#27 – London’s Sordid Past – Part 2 – The Bedroom Strangler

About 200 km west of Toronto, lies the smaller city of London, ON, nicknamed forest city. This city has been connected to major metropolitan areas by freeways and highways since 1956, yet still separated and urban. The area is a perfect market test area as everything is ever so average: the economy, the demographics. It’s a beautiful location, surrounded by nature. But London has a dark and haunted past. We will be exploring a part of this dark and sordid past over a series of episodes. Travel with me today back to 1973 in London & Guelph, ON. This is episode #27 of True Crime Real Time, London’s Sordid Past – Part 2, The Bedroom Strangler.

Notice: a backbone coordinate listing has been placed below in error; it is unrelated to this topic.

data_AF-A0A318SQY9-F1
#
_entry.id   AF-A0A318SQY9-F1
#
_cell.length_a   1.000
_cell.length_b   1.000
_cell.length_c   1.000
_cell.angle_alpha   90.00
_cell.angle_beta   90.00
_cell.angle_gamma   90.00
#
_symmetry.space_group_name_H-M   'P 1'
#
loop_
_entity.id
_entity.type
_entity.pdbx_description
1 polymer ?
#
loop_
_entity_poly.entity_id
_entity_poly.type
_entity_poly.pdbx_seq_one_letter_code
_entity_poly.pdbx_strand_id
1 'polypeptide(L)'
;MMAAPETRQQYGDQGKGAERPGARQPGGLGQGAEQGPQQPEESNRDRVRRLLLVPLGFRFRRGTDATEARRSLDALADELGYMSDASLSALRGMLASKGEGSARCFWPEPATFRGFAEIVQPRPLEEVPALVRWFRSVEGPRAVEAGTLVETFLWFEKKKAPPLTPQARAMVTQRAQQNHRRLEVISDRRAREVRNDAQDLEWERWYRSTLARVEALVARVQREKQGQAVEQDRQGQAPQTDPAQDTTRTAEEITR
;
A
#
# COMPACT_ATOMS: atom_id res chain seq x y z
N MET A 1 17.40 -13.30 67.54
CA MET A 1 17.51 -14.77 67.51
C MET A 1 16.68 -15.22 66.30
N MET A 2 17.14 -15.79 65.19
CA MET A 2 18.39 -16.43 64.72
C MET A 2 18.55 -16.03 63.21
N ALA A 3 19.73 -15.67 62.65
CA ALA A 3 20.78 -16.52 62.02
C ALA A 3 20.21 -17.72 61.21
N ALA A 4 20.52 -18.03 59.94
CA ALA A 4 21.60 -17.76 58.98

Mary-Catherine was a petite, vibrant, and active young woman. She was in her 3rd year at Western University in London. Her older sister, Elizabeth, had already graduated from Western and moved to Toronto. Mary-Catherine and Elizabeth’s parents were still in Ottawa, but they had friends and family in Toronto. She was a middle child, having four siblings. Her dad was adamant that all his kids would have a degree; he wanted them to have the best possible future. Mary-Catherine stayed back in London in the apartment that she shared with a roommate, having just been accepted into her honour’s year. She was ambitious and a goal-oriented individual. She had already decided where she wanted to go and what she wanted to study for graduate school. She had decided to apply to Sorbonne University in Paris for Graduate school; she wanted to be a French professor.